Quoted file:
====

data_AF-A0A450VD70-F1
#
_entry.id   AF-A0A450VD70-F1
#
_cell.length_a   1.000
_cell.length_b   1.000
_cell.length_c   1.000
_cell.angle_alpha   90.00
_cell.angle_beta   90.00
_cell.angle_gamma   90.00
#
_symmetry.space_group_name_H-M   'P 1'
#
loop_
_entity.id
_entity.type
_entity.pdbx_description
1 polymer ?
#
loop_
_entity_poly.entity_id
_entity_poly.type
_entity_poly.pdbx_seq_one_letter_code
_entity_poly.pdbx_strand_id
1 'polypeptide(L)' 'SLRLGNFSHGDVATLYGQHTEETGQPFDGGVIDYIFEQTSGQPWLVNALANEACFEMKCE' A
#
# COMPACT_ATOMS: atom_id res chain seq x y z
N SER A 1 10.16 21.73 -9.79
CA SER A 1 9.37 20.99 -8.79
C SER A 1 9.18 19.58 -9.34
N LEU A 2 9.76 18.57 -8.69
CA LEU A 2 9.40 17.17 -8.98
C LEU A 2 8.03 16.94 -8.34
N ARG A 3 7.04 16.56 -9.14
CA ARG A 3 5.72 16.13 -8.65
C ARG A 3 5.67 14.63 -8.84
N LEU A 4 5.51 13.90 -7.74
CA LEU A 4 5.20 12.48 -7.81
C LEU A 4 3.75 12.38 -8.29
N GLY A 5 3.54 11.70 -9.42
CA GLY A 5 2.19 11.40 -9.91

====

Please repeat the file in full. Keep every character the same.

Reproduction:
data_AF-A0A450VD70-F1
#
_entry.id   AF-A0A450VD70-F1
#
_cell.length_a   1.000
_cell.length_b   1.000
_cell.length_c   1.000
_cell.angle_alpha   90.00
_cell.angle_beta   90.00
_cell.angle_gamma   90.00
#
_symmetry.space_group_name_H-M   'P 1'
#
loop_
_entity.id
_entity.type
_entity.pdbx_description
1 polymer ?
#
loop_
_entity_poly.entity_id
_entity_poly.type
_entity_poly.pdbx_seq_one_letter_code
_entity_poly.pdbx_strand_id
1 'polypeptide(L)' 'SLRLGNFSHGDVATLYGQHTEETGQPFDGGVIDYIFEQTSGQPWLVNALANEACFEMKCE' A
#
# COMPACT_ATOMS: atom_id res chain seq x y z
N SER A 1 10.16 21.73 -9.79
CA SER A 1 9.37 20.99 -8.79
C SER A 1 9.18 19.58 -9.34
N LEU A 2 9.76 18.57 -8.69
CA LEU A 2 9.40 17.17 -8.98
C LEU A 2 8.03 16.94 -8.34
N ARG A 3 7.04 16.56 -9.14
CA ARG A 3 5.72 16.13 -8.65
C ARG A 3 5.67 14.63 -8.84
N LEU A 4 5.51 13.90 -7.74
CA LEU A 4 5.20 12.48 -7.81
C LEU A 4 3.75 12.38 -8.29
N GLY A 5 3.54 11.70 -9.42
CA GLY A 5 2.19 11.40 -9.91